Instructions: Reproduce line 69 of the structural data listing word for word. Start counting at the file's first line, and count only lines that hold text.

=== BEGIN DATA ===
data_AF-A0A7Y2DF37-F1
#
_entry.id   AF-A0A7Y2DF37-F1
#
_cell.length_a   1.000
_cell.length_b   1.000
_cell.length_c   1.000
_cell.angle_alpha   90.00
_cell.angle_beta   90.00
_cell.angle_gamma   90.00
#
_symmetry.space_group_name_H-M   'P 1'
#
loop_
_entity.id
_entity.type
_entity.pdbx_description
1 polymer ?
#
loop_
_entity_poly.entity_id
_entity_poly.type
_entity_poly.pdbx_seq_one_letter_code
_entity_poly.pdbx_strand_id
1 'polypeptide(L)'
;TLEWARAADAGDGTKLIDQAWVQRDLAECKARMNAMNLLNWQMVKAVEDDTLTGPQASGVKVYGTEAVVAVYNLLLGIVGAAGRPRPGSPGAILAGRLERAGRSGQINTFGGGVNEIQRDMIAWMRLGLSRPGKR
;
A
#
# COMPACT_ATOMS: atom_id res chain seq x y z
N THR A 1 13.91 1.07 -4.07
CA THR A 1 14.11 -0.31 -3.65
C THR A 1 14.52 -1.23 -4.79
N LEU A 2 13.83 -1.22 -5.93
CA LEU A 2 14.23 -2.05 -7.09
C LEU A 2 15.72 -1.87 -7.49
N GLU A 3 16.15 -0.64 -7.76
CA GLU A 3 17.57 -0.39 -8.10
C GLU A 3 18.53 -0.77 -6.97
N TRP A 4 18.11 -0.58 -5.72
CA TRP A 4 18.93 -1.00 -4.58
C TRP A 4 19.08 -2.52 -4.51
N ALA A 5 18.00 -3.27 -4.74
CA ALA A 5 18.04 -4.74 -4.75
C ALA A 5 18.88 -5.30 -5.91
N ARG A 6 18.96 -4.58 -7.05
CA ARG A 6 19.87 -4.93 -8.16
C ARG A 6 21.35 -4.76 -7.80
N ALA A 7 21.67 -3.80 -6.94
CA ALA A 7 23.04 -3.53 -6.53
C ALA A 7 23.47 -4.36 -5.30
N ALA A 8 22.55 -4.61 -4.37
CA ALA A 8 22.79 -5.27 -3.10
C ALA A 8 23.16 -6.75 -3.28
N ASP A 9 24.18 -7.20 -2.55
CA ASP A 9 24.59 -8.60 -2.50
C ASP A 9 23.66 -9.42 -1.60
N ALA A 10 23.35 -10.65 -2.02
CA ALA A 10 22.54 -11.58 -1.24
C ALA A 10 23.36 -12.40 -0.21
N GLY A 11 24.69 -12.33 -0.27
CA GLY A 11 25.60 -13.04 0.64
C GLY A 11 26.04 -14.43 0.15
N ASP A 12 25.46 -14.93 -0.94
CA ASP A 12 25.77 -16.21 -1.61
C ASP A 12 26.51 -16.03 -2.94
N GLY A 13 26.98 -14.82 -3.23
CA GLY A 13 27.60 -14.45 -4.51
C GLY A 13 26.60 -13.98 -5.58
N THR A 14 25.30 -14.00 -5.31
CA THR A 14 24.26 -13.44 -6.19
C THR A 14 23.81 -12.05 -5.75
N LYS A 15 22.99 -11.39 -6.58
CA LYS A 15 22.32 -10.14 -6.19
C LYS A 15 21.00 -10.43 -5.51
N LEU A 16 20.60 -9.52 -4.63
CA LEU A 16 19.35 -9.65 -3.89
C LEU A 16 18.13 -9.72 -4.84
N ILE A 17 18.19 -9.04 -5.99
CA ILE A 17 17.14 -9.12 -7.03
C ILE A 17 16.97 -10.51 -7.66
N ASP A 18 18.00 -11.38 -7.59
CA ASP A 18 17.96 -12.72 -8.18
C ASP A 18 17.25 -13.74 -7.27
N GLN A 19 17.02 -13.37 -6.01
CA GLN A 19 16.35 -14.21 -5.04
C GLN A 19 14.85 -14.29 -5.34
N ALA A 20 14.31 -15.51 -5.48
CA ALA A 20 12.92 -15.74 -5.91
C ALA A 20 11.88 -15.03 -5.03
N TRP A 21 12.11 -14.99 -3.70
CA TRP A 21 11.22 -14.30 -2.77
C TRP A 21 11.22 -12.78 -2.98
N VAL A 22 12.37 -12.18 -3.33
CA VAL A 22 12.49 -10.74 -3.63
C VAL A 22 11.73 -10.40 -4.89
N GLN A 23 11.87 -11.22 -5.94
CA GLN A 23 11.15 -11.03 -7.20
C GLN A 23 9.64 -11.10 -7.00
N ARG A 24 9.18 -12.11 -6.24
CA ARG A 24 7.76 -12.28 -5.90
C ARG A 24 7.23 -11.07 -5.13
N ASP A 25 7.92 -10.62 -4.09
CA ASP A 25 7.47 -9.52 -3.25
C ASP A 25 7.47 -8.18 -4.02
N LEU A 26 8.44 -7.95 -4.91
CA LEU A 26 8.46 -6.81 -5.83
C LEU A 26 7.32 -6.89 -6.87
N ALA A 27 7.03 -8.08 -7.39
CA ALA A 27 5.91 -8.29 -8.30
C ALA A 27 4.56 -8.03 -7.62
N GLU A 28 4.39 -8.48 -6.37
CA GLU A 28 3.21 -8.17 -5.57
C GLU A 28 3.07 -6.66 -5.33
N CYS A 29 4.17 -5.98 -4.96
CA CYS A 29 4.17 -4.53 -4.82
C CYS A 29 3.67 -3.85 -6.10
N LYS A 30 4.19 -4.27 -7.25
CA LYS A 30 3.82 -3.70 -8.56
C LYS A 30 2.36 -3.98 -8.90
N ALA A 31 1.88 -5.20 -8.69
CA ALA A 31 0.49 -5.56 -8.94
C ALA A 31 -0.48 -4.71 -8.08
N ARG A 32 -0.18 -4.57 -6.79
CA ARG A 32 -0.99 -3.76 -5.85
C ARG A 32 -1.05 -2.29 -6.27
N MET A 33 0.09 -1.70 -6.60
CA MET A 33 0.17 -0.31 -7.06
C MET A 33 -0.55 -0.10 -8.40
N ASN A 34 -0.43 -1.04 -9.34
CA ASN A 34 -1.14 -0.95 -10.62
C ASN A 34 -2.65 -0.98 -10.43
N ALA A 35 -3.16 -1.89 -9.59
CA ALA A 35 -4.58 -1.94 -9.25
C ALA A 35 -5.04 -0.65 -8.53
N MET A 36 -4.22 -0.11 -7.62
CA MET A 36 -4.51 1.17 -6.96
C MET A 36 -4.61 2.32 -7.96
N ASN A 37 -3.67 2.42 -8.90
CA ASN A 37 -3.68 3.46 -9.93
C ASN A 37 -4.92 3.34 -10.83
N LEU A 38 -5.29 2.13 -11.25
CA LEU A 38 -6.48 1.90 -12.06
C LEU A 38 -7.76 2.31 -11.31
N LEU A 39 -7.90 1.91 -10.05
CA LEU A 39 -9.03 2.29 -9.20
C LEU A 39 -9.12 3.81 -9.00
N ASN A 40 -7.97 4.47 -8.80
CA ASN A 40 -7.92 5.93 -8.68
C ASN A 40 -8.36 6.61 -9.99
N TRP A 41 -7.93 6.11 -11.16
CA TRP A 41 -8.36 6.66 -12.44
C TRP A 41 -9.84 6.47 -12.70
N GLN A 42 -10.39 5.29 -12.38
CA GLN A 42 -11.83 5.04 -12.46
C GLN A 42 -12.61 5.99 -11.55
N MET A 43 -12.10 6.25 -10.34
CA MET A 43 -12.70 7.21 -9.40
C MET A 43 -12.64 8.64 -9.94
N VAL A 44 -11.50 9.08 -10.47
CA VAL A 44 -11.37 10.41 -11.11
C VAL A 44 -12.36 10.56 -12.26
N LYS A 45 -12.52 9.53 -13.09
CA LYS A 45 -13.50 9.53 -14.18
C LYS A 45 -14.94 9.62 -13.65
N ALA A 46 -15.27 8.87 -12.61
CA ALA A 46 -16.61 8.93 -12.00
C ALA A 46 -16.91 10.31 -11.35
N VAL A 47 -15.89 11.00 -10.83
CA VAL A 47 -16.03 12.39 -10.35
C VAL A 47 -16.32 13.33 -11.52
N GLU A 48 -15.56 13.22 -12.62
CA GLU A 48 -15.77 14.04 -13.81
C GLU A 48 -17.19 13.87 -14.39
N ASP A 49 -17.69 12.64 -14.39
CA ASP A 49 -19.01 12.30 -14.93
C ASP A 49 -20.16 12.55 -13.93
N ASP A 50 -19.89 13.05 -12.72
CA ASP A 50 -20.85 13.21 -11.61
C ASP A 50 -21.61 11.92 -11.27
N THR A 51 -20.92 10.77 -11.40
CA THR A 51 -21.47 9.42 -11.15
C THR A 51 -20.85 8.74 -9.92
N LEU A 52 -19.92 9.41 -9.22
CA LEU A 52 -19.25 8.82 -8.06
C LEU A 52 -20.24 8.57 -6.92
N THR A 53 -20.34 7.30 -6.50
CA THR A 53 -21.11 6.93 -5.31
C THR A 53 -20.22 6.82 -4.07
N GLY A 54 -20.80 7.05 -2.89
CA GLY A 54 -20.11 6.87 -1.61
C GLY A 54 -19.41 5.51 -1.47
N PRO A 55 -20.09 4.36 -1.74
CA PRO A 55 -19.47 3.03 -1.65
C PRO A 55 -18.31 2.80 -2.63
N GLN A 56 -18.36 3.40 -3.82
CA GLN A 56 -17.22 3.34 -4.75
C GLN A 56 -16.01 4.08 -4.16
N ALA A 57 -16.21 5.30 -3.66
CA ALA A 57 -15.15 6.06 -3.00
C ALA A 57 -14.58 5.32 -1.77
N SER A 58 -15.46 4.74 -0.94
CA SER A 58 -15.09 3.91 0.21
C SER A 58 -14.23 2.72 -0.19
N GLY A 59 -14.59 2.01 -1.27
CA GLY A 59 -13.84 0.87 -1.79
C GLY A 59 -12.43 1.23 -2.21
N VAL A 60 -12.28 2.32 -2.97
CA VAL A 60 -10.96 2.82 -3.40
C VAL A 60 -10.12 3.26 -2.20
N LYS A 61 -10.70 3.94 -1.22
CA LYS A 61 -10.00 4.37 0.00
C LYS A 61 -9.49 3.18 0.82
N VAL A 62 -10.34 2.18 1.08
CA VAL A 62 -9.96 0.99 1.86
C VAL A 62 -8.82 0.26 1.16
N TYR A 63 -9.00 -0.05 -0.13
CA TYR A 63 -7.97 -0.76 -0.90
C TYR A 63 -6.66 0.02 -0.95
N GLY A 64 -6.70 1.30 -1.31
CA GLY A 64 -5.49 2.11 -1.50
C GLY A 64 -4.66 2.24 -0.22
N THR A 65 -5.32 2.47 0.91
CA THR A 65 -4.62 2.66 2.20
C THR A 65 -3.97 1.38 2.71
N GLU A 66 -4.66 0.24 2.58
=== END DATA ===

C GLY A 13 26.60 -13.98 -5.58